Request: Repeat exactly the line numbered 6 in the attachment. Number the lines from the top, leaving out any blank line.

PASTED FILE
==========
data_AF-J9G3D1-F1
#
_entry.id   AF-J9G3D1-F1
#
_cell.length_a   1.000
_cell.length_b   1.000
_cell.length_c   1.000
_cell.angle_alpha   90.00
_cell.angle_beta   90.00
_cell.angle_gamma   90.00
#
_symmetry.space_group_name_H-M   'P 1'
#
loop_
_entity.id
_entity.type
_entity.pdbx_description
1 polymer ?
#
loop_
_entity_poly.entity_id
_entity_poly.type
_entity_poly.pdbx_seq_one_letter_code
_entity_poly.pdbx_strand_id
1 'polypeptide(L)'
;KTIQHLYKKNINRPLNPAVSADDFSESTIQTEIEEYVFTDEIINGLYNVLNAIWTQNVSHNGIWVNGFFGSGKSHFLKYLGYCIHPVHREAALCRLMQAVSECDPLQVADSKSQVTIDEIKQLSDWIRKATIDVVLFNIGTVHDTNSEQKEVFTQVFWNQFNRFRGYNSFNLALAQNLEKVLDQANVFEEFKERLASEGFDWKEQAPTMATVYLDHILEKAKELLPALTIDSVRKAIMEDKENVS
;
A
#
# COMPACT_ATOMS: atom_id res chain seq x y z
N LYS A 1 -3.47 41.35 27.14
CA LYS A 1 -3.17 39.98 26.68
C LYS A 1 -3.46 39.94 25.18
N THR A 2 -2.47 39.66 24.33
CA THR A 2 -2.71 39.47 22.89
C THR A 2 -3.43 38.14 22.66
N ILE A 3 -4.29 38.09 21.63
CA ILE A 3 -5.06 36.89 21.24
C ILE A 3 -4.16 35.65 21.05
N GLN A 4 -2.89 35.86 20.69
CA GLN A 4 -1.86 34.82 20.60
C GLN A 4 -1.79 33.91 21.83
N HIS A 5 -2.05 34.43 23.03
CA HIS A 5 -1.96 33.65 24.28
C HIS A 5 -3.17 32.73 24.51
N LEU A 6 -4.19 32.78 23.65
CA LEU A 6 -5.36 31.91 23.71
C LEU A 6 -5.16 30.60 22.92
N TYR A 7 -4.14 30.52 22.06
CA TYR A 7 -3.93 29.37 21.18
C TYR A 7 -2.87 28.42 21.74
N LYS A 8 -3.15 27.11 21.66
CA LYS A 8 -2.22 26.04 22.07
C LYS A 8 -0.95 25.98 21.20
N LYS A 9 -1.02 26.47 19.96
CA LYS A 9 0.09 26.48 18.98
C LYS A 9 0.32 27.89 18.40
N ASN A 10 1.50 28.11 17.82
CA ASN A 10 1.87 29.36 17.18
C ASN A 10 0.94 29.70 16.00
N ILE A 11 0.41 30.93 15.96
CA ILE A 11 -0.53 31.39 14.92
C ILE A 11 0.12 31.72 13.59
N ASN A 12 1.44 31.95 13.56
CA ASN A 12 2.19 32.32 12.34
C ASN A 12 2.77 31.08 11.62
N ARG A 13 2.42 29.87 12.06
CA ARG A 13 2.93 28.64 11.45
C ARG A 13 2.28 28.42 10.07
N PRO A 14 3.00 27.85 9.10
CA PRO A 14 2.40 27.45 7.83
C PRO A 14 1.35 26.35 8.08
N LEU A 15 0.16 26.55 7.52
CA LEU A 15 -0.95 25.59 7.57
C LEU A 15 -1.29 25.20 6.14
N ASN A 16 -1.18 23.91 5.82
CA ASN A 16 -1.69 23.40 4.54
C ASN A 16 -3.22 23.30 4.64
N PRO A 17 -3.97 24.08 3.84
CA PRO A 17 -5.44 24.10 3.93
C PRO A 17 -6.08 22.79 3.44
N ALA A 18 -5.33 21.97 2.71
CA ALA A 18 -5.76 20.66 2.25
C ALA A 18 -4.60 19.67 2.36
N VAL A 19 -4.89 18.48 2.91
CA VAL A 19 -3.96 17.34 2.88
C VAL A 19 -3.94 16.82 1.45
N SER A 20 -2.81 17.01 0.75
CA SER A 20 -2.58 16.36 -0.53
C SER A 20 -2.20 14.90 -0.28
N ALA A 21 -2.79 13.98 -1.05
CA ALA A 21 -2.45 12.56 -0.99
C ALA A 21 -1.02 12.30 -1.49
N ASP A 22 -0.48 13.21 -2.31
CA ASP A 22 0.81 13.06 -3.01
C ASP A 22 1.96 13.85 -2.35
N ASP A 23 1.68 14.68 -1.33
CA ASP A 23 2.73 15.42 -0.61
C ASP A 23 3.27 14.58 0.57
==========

_cell.length_b   1.000